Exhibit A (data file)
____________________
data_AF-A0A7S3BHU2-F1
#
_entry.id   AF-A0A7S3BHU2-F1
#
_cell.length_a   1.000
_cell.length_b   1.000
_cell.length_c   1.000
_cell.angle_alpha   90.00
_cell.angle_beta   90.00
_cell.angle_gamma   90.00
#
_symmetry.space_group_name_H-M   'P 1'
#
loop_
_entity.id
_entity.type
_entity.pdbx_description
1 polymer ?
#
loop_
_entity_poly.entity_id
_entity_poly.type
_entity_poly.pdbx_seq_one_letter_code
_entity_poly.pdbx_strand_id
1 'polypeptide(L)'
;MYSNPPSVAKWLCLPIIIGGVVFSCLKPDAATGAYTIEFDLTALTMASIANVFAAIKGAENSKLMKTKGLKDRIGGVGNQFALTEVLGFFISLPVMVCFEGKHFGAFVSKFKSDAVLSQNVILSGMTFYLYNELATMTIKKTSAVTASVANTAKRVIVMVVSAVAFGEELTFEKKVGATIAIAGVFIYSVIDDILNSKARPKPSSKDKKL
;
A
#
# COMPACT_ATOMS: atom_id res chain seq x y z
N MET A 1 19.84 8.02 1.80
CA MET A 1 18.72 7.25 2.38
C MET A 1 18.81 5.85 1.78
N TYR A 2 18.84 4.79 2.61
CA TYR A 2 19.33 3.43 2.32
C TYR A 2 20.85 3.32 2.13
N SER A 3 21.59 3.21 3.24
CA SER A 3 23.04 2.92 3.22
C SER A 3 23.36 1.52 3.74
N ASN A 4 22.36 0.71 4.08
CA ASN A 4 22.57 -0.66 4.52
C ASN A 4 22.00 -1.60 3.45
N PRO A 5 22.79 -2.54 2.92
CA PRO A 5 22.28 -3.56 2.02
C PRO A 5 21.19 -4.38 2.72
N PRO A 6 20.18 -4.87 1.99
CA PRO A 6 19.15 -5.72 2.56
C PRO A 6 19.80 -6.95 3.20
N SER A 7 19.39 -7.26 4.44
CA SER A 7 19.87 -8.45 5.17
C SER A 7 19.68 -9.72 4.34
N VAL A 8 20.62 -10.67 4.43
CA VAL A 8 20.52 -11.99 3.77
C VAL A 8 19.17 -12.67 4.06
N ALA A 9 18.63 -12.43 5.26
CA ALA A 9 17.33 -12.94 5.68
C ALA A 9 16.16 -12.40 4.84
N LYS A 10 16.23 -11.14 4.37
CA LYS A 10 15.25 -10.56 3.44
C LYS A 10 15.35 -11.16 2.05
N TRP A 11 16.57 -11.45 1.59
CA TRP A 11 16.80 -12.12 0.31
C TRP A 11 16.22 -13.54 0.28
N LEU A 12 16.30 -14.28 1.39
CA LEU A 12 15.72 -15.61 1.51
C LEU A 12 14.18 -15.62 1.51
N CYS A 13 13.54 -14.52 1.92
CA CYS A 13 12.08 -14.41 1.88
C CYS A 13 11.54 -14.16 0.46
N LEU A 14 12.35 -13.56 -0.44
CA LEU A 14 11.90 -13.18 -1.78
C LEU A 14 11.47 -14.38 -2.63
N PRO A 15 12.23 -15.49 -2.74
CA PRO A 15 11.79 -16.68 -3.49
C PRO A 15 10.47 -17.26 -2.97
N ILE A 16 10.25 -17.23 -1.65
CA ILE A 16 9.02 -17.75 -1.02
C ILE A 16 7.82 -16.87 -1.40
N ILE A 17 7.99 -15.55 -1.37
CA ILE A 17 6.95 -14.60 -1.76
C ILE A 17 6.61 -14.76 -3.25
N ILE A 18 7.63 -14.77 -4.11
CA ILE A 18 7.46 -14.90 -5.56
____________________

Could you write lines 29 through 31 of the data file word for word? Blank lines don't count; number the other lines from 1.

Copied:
#
# COMPACT_ATOMS: atom_id res chain seq x y z
N MET A 1 19.84 8.02 1.80